Tired, Tired, I Feel so Tired is a poem that I wrote during one of the flare ups of my chronic anemia in an attempt to express the deep fatigue that was robbing me of the freedom to live life to the fullest.
Worn, sadly this poem is the perfect summary of the past few weeks. Tired and worn before the day even begins, all I can think of is the delight of crawling into bed and taking a very long nap. My mind full of task pushes and prods me to work, reminding me of all the things that must be done, but like a car with a drained battery, it is all that I can do to sputter to life for a few moments and crawl a few feet before limping to the side.
It seems like I have been meaning to sit down and write a post for months now. I wake up in the middle of the night with my head brimming with things that I long to say, but in the wee hours of the morning who wants to get out of bed? So I do the smart thing and dig deeper into the sheets hoping to fall back to sleep again. Comforting myself with the promise that I will get around to it first thing in the morning. But when morning lights dutifully rouses me from my bed, and I drag my achy bones over to the sofa and pull up my laptop to write, the fatigue and pain makes it so easy to push away my computer and curl up in a ball saying to myself, “A few minutes rest and I will feel more refreshed. After all, there is plenty of time before lunch.”
But of course that little rest soon turns into an hour or two and before I know what has happened it is time to reluctantly drag myself off of the sofa and help my parents make lunch or help with some other small chore around the house. But of course I am not disappointed because the nourishment that lunch has to offer is sure to brighten my thoughts and give my words more force.
But again, before I know what has happened I am awash in a wave of unwanted fatigue that leaves me to dull whited and sleepy to focus on the task at hand. My eyes feel like two heavy weights falling with great force to the earth, and seem to require superhuman effort to keep open. A little nap after a night of painful tossing and turning sings its siren song to my worn bones and before I knew what was happening, I was sound asleep.
On the days that I was able to wake up refreshed from my short spurt in dreamland, I have often tried to sit down at my laptop and write, but my attention was easily swayed by the enormous list of backlogged chores from the all to common days when migraines, fatigue, nausea, and a sea of other miseries that accompanies autoimmune disorders had won the battle for my attention. And it was so easy to say, “It’s still early, there is plenty to time before bed.” Or so it always seemed, because like a slippery lion hunting its prey, bedtime seemed to leap out of the bushes at the most unexpected moment leaving me to declare, “Oh well, tomorrow is another day.”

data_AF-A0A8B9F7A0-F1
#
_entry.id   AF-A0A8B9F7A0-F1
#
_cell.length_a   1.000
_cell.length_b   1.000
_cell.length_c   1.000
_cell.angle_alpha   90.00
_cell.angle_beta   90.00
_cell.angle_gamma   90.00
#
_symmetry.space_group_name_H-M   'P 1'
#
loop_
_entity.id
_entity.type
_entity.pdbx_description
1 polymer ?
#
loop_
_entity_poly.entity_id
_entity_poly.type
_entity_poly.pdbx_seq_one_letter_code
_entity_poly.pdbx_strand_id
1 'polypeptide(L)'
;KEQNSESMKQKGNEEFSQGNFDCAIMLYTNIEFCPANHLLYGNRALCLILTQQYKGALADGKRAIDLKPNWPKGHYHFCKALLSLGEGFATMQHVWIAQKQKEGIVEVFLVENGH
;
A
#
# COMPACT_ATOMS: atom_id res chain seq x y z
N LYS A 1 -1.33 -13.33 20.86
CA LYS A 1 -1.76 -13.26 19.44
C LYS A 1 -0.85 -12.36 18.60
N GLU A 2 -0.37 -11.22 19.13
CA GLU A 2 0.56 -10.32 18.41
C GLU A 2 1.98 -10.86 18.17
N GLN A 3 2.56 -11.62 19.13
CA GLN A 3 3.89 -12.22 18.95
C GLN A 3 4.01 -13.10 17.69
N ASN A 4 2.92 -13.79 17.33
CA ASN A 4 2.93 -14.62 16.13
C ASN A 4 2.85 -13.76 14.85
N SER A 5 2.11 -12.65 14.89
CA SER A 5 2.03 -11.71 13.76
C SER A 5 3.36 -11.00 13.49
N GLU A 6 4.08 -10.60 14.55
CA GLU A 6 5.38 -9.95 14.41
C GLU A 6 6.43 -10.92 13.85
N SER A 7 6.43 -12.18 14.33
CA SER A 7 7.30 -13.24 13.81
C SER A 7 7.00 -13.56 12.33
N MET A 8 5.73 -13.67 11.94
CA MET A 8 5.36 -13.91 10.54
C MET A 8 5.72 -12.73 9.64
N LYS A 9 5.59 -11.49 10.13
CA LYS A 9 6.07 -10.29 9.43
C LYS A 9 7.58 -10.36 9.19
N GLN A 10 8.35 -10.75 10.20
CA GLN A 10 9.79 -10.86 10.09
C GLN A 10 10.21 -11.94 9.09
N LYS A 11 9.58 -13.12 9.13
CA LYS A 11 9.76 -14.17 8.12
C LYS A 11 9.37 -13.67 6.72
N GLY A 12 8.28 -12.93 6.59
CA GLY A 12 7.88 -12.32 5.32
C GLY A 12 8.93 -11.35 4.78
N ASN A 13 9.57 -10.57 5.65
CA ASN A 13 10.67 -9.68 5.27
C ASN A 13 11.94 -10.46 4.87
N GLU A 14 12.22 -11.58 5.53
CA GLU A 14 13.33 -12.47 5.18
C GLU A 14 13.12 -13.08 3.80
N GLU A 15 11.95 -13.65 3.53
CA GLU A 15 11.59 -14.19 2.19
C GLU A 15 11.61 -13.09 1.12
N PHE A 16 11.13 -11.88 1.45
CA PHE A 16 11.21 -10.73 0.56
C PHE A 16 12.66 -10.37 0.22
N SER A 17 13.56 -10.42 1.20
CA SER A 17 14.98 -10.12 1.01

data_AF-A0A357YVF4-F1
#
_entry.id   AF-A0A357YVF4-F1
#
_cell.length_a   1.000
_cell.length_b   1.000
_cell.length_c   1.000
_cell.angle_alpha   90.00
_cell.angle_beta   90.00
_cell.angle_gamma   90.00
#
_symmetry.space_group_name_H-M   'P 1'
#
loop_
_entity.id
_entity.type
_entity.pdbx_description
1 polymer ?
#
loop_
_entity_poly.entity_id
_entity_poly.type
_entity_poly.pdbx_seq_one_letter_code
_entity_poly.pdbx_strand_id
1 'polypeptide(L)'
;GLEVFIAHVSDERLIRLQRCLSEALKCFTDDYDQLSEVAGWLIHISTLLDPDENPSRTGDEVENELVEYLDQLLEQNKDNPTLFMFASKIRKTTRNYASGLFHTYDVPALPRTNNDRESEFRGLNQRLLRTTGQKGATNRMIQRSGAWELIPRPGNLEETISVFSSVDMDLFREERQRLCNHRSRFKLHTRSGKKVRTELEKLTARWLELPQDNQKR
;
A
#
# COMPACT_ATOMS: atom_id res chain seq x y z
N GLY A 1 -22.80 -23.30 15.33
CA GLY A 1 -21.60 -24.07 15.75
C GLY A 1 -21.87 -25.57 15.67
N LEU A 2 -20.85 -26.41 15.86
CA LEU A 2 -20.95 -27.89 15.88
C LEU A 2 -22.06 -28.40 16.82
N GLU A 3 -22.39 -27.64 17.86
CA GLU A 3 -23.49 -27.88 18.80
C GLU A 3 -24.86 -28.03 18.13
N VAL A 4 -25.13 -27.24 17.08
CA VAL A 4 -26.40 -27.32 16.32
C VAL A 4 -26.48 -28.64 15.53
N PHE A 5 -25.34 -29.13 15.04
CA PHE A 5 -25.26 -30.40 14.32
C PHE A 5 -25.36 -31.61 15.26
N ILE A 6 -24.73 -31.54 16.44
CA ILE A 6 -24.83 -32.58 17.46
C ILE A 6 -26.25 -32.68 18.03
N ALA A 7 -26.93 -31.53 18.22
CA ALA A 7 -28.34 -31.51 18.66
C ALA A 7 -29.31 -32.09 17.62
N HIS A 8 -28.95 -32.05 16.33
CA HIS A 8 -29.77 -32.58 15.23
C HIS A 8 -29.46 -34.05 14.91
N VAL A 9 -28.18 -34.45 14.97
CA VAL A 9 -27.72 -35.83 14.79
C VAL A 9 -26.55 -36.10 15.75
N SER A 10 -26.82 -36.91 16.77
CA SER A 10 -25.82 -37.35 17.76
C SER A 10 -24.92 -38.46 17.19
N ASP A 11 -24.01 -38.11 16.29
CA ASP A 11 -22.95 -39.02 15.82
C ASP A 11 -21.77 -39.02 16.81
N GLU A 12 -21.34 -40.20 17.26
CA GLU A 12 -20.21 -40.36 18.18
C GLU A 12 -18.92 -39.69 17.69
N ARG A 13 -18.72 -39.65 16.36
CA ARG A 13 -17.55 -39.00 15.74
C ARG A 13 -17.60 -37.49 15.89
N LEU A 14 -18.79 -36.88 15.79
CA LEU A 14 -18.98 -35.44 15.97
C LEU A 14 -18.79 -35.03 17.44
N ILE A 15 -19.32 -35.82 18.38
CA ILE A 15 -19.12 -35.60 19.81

Before I knew it, one tomorrow had turned into two, then three, four, five, ten, twenty, until I had lost count of how many times I had given into procrastination enchanting song of, don’t worry, if you don’t feel like doing it right now because waiting a few minutes will allow you more time to think about what you plan to say, or don’t worry if you don’t feel well enough to do it right now because you will feel better tomorrow and will be able to do a much better job.
What I find so amazing about it as I sit down to write this post, is that at first I felt bad, about putting off the task, but as I listened to procrastination’s sweet lullaby, I began to rejoice in the relief that there was some better time, some wiser moment to do what I really wanted to do today. I began not think of reasons to do, but reasons to wait for that better season that never quite seemed to materialize but was always around the corner.
Granted, there were some good reasons why I was putting things off. For the past few weeks I have been rather ill. My stomach has been so unsettled that the doctor ordered medicine to help ensure that its contents stayed in its proper place. And some of those mornings and afternoons I spent on the sofa were spent curled up in near tears for the pain I was in. Yet sadly I know that there were some days when it might have taken some effort but with the help of a few pillows to raise me up I could have pulled up my laptop and wrote a few lines, taken a break, and then wrote a little more.
Unfortunately procrastination is a funny master. At first there good reason to delay, such as taking a moment to synthesize ones thought until it crystallized into a more clear and concise form, or to wait until my migraine medicine has worked enough to allow my eyes to endure the glare of the screen. But while it might start with good reason, if this dreadful monster is given too much exercise it quickly morphs into a monster most dreadful. One that if were are not careful has the power to conquer us and forever alter the course of our lives.
Energy, a six letter word meaning 1. thecapacityforvigorousactivity;availablepower: 2. anadequateorabundantamountofsuchpower(dictionary.com). Most of us take this six letter word for granted. Assuming that it has always been there when we need it, and will always be there when the situation demands. Merrily bouncing around without giving thought to just how important a role energy plays in our daily life. Never realizing that from the moment we open our eyes until the moment we go to bed we are using the precious resources of energy to do even the most mundane task such as blink, cough, hiccup, or breathe. Jumping out of bed we head straight into our favorite routines little realizing the debt of gratitude we owe to energy as it fuels our daily task, ensures our memories, and guards us from the drain of an unexpected squeal of brakes or unwanted surprise exam.